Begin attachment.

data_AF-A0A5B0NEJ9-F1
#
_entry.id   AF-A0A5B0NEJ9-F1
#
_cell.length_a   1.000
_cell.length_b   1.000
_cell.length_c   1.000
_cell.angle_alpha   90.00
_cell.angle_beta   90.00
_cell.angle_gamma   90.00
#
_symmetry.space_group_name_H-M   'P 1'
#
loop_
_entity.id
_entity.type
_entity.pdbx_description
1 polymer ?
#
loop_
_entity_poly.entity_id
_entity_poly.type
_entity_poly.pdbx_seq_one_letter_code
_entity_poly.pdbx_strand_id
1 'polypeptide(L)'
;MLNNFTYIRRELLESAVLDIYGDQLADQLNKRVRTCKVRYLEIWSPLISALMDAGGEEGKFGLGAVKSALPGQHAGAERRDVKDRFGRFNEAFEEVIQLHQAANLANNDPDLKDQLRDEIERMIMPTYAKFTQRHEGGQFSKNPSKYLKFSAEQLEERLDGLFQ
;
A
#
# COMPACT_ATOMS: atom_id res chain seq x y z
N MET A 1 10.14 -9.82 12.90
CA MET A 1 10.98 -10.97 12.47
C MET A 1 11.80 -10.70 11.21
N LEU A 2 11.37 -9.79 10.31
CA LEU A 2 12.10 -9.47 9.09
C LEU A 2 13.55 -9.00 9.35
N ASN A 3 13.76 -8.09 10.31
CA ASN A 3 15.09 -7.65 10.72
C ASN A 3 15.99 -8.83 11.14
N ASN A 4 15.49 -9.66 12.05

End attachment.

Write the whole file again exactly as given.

data_AF-A0A5B0NEJ9-F1
#
_entry.id   AF-A0A5B0NEJ9-F1
#
_cell.length_a   1.000
_cell.length_b   1.000
_cell.length_c   1.000
_cell.angle_alpha   90.00
_cell.angle_beta   90.00
_cell.angle_gamma   90.00
#
_symmetry.space_group_name_H-M   'P 1'
#
loop_
_entity.id
_entity.type
_entity.pdbx_description
1 polymer ?
#
loop_
_entity_poly.entity_id
_entity_poly.type
_entity_poly.pdbx_seq_one_letter_code
_entity_poly.pdbx_strand_id
1 'polypeptide(L)'
;MLNNFTYIRRELLESAVLDIYGDQLADQLNKRVRTCKVRYLEIWSPLISALMDAGGEEGKFGLGAVKSALPGQHAGAERRDVKDRFGRFNEAFEEVIQLHQAANLANNDPDLKDQLRDEIERMIMPTYAKFTQRHEGGQFSKNPSKYLKFSAEQLEERLDGLFQ
;
A
#
# COMPACT_ATOMS: atom_id res chain seq x y z
N MET A 1 10.14 -9.82 12.90
CA MET A 1 10.98 -10.97 12.47
C MET A 1 11.80 -10.70 11.21
N LEU A 2 11.37 -9.79 10.31
CA LEU A 2 12.10 -9.47 9.09
C LEU A 2 13.55 -9.00 9.35
N ASN A 3 13.76 -8.09 10.31
CA ASN A 3 15.09 -7.65 10.72
C ASN A 3 15.99 -8.83 11.14
N ASN A 4 15.49 -9.66 12.05